It is good practice to avoid __del__ unless there is a compelling
    reason to do so. weakref resource management is much safer. Note that
    it is pretty much impossible to avoid creating reference cycles--they
    have a tendency to sneak into unsuspecting places (for instance, bound
    methods can be a subtle source of cycles).

    > Still, it's not comforting to know that it is possible to create a
    > situation that would create a memory leak using a language that is
    > supposed to relieve us of that worry. I understand the problem, but it
    > would be nice to know that as a programmer, I could be assured that
    > Python would always deal with memory management and that memory leaks
    > were not something I had to think about.


    It is unrealistic to ever be completely relieved of such worry, since
    it is always possible to accidently hold on to a strong reference to
    data that should actually be "garbage". But your question is perhaps
    precluding these kinds of memory leak. In that case, it is a matter of
    providing to the programmer sufficiently-fine-grained abstractions such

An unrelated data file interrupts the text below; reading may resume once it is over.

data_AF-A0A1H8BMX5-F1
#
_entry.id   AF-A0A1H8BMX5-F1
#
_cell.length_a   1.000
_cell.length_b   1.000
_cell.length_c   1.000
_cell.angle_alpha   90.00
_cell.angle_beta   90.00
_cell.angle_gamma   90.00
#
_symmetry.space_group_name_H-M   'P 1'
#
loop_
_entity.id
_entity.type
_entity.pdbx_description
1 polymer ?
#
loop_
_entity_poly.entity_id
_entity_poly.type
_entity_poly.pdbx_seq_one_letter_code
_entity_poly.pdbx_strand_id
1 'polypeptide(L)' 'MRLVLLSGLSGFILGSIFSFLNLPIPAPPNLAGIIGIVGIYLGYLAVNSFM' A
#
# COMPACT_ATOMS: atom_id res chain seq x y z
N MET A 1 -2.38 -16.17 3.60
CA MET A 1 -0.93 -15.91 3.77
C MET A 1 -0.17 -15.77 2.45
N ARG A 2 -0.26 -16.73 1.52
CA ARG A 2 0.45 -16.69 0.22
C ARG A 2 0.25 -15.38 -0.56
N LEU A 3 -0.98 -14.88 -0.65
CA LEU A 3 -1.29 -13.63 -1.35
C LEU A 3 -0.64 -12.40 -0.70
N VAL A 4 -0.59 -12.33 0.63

that the compiler can reason about their safety. For instance, an
    included weakref-based resource cleanup scheme has been discussed and
    would cover many of the current uses of __del__. It would also be nice
    to remove some of the hidden "gotchas" that are inherent in CPython,
    like the integer and float object freelist (not necessarily removing
    those features, but providing some mechanism for reclaiming them when
    they get out of hand).

    These things can reduce the possibility of a problem, but (IMO) can
    never completely obviate it.

    > So here's a question: if I write Python software and never use __del__,
    > can I guarantee that there is no way to create a memory leak? What
    > about system libraries - do any of them use __del__, and if so, are they
    > written in such a way that it is not possible to create a cyclic reference?


    It is always possible to create a cyclic reference by monkeypatching a
    class. Here are the stdlib modules which use __del__:
    $ find -name \*.py | xargs grep __del__ | grep -v test
    ../Mac/Demo/sound/morselib.py: def __del__(self):
    ../Lib/telnetlib.py: def __del__(self):
    ../Lib/plat-mac/EasyDialogs.py: def __del__(self):
    ../Lib/plat-mac/FrameWork.py: def __del__(self):
    ../Lib/plat-mac/MiniAEFrame.py: def __del__(self):
    ../Lib/plat-mac/Audio_mac.py: def __del__(self):
    ../Lib/plat-mac/videoreader.py: def __del__(self):
    ../Lib/fileinput.py: def __del__(self):